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Necron_warrior said:
Verlander said:
Total Annihilation
Supreme Commander
AoE


Could happily play those games forever
Oh my
Oh my Oh my

Question, Have you ever played Planetary Annihilation?
I ask because it is most definitely Total Annihilations better successor (I admit I enjoyed SupCom but I always found the scale of units to commander really jarring and that the unit swarm was faaaaar to big to be even the slightest micromanagable) And it the only game I've seen that does interplanetary warfare in a fluid fashion.
I suggest you at least give it a look, if you haven't already.
I've not yet, it caught my interest when it was a wee kickstarter, wasn't aware it was out in any way yet. I'll give it a shot, thanks!
 

Jingle Fett

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Sep 13, 2011
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One-two punch of Supreme Commander and Company of Heroes. Sins of a Solar Empire when I'm feeling spacey.
 

Dimitriov

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May 24, 2010
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Idlemessiah said:
Total War series because giant scale is awesome. Rome because they fought for the emperor before it was cool. Medieval 2 because its just such a solid, well made game. Empire because of the insane tech tree and I'm probably the only one who enjoyed the navy battles. Still not got round to playing the rest.
I can't believe I'm only the second person to say Empire: Total War. I also loved the naval battles. I mean c'mon! what other game let's you unload a 50+ gun broadside? To me it really captured the feel of massive wooden ships battering each other with cannons and the chaotic nature of a sea battle in that era (when a ship's arsenal can be hit and the entire ship simply disappears in a burst of fire).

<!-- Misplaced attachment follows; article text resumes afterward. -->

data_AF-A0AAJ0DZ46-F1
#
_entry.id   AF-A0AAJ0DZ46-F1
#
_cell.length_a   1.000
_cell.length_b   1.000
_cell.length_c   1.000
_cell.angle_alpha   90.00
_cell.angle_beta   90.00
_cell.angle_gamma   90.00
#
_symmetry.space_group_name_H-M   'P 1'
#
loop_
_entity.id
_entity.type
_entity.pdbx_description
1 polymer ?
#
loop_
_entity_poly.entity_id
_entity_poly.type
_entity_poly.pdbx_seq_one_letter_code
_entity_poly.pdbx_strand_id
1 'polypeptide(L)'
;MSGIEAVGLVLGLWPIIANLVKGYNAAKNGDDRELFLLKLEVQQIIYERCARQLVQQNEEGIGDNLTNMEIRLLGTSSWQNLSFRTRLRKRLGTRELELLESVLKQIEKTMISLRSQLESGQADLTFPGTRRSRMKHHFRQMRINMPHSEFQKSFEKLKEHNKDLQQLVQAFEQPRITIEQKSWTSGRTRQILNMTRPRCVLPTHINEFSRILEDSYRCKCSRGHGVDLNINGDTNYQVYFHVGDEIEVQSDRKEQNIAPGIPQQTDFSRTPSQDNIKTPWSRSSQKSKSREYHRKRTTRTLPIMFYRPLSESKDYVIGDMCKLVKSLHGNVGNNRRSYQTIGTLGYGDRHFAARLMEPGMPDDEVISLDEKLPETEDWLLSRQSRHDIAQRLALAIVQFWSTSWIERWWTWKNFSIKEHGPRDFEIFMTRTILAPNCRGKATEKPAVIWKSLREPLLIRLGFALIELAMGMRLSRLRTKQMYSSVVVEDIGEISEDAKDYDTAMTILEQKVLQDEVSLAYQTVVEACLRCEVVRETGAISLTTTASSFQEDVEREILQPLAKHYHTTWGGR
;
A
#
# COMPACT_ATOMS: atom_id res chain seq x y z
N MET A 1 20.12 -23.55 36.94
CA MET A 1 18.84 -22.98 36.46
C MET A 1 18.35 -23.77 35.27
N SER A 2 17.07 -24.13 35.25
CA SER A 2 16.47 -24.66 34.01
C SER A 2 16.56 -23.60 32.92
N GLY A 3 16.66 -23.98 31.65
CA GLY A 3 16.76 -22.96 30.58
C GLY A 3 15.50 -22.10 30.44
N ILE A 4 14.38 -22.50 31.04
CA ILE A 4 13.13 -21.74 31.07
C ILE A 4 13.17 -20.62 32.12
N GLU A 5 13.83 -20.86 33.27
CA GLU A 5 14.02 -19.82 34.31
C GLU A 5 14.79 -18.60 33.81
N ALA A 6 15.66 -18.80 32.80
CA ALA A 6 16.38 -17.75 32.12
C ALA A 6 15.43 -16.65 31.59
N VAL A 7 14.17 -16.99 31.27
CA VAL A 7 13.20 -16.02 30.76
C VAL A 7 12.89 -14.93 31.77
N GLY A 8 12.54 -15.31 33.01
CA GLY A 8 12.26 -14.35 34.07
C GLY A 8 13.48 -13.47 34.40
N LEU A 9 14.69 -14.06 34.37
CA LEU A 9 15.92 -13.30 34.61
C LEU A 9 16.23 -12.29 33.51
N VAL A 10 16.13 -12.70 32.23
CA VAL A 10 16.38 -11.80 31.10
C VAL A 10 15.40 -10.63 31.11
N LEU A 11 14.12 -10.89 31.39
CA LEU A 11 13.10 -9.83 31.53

Also my other favourite from that series is Shogun 2.

Never could get into Medieval II... don't know why. I love the Middle Ages (I am in fact in Uni studying medieval history), I played it right after the first Rome (so it's not an issue of going back to older graphics or anything), but somehow it just didn't click for me. I can see how it could be great, but I couldn't spend more than an hour or so playing it (something about it's controls bothered me as I recall).

By comparison I have spent more than 200 hours each playing Rome I, Empire, and Shogun 2

Honourable mentions go to Endless Space, StarDrive, Homeworld, Age of Empires II, Civ 4, Starcraft, and Warcraft 3. All of which I have spent many hours playing.
 

Super Cyborg

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FPLOON said:
Project X Zone... Because it was too easy to NOT mess up... :p

OT: Disgaea

It was the first strategy game I tried to take seriously and, despite not finishing it, I thoroughly enjoyed it, dood...